are moles dangerous

Holes, holes, holes!

Patches of your grass are dying, and there are little mounds of dirt everywhere. Instead of the problem being temporary, the holes only increase, and soon enough your yard looks like a prairie!

It looks like you have a mole infestation.

Moles might seem like cute critters you’d find in a Disney movie, but they’re difficult to remove, and they’ll wreak havoc on your lawn. It’s not as simple as flooding their warrens. These guys have intricate networks, and they can dig fast.

Fortunately, there’s a solution to your mole problem. Read on to find out more.

Are Moles Dangerous?

You might be tempted to think that moles are like mice, rats, gophers, or voles. But that’s not the case. They’re shy creatures that don’t bite humans.

Moles live most of their life underground. As such, they tend to have poor eyesight. However, they make up for this by having an incredibly sensitive nose that allows them to navigate their subterranean home with ease.

You may be worried that moles are responsible for eating your plants. But moles are insectivores (meaning they only eat insects) which is why they spend most of their time underground. Their diet consists of grubs, worms, and anything else they can find in the dark, moist soil.

Why Are There Moles in Your Yard?

Moles may be attracted to a number of features that your yard provides. As a result, they may remain in your yard for many mole generations.

They seek out cool soil that is filled with insects. They have a tendency to follow human-made borders: hedgerows, fences, and walkways. They love the root systems of bushes, shrubs, and trees since these places are filled to the brim with bugs.

Moles will only migrate to another yard if their food supply diminishes. Pesticides may drive moles to leave your property for greener pastures, but this process could take a long time.

What Damage Can Moles Do to Your Yard?

For starters, mole tunnel networks can weaken the ground. You risk twisting an ankle when you accidentally collapse a section of the tunnel. This may cause future problems when having to fill in and replant areas of your lawn or garden.

Moles are also notorious for killing off grass and other plants. While moles do not eat plants (remember, they’re only insectivores!) they often disturb the root systems. These root systems tend to have abundant food sources. 

If moles like your yard, they may stay there for a long time. Meaning more tunnels, more dead plants, and more risk of tripping when you accidentally collapse a tunnel.

Another threat moles pose to the integrity of your yard is not the moles themselves, but what comes after. Voles, another species entirely, will use the networks moles have already dug. And voles love to eat your plants and roots!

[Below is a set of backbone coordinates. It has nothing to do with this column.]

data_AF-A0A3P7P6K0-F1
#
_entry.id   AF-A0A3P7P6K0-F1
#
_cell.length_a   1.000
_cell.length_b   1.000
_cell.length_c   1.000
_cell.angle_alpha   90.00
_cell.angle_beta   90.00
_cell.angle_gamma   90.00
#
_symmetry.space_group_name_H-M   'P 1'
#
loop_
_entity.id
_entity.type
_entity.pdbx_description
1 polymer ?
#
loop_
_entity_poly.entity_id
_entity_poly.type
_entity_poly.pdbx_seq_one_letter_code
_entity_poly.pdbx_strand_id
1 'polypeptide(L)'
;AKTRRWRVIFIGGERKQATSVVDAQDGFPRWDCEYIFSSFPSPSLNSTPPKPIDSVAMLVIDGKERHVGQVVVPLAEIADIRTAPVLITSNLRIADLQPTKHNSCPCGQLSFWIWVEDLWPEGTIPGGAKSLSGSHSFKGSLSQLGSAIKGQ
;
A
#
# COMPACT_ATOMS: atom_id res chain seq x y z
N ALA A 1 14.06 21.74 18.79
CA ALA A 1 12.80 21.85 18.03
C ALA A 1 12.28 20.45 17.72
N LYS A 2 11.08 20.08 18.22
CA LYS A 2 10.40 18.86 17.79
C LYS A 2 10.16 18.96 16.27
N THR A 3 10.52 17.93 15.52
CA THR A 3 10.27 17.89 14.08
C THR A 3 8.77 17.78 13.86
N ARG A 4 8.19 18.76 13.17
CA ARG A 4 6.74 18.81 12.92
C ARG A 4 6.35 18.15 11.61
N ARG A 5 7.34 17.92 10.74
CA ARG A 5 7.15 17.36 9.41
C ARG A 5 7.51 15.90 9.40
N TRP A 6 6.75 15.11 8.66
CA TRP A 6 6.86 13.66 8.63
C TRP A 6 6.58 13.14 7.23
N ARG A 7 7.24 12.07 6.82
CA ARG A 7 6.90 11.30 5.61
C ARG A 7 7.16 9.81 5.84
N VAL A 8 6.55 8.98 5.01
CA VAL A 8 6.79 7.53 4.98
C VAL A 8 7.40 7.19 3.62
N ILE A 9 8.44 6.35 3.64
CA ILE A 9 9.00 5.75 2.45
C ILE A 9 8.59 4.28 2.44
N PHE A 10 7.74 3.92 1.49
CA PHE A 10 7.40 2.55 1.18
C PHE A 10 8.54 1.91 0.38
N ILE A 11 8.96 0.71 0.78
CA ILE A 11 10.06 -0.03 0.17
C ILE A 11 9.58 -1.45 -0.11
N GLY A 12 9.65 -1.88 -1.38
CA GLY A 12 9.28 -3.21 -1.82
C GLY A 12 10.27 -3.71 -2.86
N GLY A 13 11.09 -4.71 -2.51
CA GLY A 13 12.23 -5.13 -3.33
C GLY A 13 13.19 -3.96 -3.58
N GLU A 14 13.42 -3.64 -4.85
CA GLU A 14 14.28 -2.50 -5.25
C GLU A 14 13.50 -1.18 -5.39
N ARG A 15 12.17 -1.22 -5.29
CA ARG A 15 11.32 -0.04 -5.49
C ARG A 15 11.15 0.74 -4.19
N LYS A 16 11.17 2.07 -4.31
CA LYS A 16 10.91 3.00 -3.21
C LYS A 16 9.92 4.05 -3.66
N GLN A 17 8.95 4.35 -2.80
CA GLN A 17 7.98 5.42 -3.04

How Do You Identify a Mole Infestation?

Moles are quite easy to identify since they have three main signs:

  1. As mentioned earlier, moles cause the grass to die when they burrow past its roots. You may be able to identify lines of dead grass and dying shrubs. This may be a result of the tunnel running directly beneath your landscaping.
  2. Wherever moles dig an entry or exit hole, they leave a mound known as a molehill. These may be up to 6 inches in height. So while the saying “don’t make a mountain out of a molehill” may be useful advice, molehills can be a sign of serious problems!
  3. Molehills, unlike the holes of other species, are spaced apart by as much as 6 feet or more. In addition to this, molehills are often piled with dirt clods and clumps of earth, rather than finer dirt. If you find holes that are very close together, you might not have a mole issue.

If you’re not sure whether your yard is showing these signs, there are experts in mole control who can take a look.

How to Get Rid of Moles

There are plenty of home remedies circling the internet, but your best bet is to hire a professional. This will save you time and avoid an infestation that never seems to end. There are three main methods of eliminating moles from your yard:

  1. Eliminating their food source via pesticides. This is the slowest method and may take time to work–if it works at all. Remember, most of a mole’s food supply is beneath the earth!
  2. Trapping is the fastest and most effective method of mole removal. Moles are driven out or isolated and then captured with mole traps. 
  3. Baiting involves feeding the moles poisoned grubs. While this will kill moles quickly (usually in a day or less) that risks a dog or a cat eating a poisoned mole and getting sick as a result!

Once you’ve eliminated the local mole population, there are methods to ensure they don’t return.

How to Prevent a Future Mole Infestation

You’ve paid a professional and gotten rid of those pesky moles! However, there are some tips to keep your yard mole-free for the coming years:

  1. Maintain a trimmed, tidy yard. Moles prefer staying in cover. Eliminate tall grass, piles of mulch, and other debris that will encourage moles to move in.
  2. Control a mole’s food supply. Solutions such as milky spore and beneficial nematodes will kill off their favorite grubs.
  3. Create barriers of fragrant plants. Moles are especially averse to anything from the allium family. These include marigolds and daffodils.
  4. Purchase a sonic spike. These can be found in your local home and garden. When inserted in the ground, they create uncomfortable electric pulses to drive away moles–but which you and your family won’t feel.

Final Thoughts

If moles are infesting your beautiful lawn or garden, it’s time to act. Find a professional near you who can give you back your outdoor property.

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